Each of the six rooms Clarence visits represents one of his past sins, and he'll need to escape them all in order to complete the journey. This involves solving a series of "fiendish" puzzles and interacting with the real-time 3D environments that let you "swipe the screen to investigate in an intuitive manner", while "each item you pick up can be examined and/or interacted with in a similar fashion."

A mobile exclusive, Escape the Hellevator is available for only $1.99 for both iPad and iPhone at the App Store, and for Android devices at Google Play.



You can imagine that any tale of the cosmos would be many years in the making. That is especially true of Red Dwarf Games' Tales of Cosmos, which has already been in development for several years and will take a little longer yet, though its PC release is at last visible on the horizon.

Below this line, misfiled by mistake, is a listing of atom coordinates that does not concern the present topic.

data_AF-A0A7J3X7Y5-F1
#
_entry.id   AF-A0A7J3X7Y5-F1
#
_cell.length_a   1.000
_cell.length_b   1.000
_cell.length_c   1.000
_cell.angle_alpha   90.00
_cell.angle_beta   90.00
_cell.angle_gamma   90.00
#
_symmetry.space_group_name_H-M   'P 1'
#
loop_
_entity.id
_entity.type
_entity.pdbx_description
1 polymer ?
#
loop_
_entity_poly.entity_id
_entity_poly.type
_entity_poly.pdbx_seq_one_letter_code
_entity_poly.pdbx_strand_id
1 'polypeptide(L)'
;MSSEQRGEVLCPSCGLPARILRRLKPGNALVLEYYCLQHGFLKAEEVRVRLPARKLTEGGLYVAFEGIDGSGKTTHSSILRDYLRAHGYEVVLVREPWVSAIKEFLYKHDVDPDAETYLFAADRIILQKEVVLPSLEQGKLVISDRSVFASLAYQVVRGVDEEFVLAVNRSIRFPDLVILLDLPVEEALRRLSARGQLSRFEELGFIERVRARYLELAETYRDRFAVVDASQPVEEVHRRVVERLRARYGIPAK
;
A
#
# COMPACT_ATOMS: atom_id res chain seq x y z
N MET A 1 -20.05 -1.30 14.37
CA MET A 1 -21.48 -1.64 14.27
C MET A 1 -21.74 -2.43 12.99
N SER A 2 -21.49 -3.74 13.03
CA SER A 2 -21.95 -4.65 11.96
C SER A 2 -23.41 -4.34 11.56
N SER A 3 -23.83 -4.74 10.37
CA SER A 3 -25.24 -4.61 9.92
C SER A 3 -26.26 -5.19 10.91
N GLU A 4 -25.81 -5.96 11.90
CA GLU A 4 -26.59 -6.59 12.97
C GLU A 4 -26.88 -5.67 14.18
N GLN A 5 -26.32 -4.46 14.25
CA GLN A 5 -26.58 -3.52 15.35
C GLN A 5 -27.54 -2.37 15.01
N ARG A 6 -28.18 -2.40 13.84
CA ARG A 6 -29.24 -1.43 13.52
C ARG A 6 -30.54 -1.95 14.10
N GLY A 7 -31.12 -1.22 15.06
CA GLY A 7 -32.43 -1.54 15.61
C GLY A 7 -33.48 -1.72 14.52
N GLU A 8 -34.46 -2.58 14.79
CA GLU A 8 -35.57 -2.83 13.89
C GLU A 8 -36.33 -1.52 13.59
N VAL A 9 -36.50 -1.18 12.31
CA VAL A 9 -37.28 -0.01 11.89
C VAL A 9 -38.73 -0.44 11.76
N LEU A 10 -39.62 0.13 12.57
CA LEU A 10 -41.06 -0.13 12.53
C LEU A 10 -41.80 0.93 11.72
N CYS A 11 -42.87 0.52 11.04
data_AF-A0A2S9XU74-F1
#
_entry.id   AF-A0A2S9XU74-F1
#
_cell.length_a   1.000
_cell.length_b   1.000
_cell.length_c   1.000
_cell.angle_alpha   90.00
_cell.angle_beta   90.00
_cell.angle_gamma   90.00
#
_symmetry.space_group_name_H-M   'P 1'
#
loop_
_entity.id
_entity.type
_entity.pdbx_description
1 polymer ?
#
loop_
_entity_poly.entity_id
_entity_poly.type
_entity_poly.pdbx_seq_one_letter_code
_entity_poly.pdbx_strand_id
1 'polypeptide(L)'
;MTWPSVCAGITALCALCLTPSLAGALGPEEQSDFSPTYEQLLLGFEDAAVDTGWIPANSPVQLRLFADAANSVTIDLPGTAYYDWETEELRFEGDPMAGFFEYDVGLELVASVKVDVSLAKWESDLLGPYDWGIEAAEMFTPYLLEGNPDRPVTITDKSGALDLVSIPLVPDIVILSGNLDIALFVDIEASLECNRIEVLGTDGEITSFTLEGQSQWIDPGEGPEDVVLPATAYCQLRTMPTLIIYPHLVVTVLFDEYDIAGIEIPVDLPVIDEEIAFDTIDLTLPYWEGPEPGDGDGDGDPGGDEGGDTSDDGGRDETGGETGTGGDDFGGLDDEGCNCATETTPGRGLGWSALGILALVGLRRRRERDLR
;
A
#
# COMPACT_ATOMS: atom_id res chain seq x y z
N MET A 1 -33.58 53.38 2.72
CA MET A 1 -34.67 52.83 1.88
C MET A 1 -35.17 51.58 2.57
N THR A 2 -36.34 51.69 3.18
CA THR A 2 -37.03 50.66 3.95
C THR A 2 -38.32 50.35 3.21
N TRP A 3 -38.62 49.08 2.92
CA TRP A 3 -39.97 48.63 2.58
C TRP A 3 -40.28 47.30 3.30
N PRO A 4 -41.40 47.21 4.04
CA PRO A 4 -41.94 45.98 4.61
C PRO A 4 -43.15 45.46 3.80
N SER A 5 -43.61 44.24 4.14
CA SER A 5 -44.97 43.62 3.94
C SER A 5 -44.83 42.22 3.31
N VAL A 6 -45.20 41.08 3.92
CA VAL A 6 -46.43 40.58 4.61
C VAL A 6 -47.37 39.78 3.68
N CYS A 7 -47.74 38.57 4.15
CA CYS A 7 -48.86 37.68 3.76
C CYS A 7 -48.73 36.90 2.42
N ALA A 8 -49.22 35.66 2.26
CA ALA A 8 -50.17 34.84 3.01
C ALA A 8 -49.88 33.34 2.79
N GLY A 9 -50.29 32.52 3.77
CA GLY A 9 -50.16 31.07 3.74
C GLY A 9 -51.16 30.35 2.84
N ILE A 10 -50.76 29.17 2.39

Tales of Cosmos casts players in the roles of Perseus the Dog and Professor Gagayev, two astronauts who have crash landed on an unknown planet. With nothing to rely on but the "environment and their own resourcefulness", players must help the pair escape and launch them into an even greater adventure that will have you "explore space, discover new planets, recruit the help of local lifeforms, and unravel a cosmic mystery."

Inspired by the point-and-click classics of the '90s, Tales of Cosmos promises what so few modern adventures do anymore: provide a "huge" open world to explore. Travel between the various hand-drawn planets and moons will not only be possible but necessary, as "each planet has numerous characters and objects to interact with, as well as many puzzles to solve." Some puzzles are even interconnected, as "an item acquired on one planet may be useful on another." There's no fear of being bogged down by its scope, however, as an integrated hint system will be available in times of need.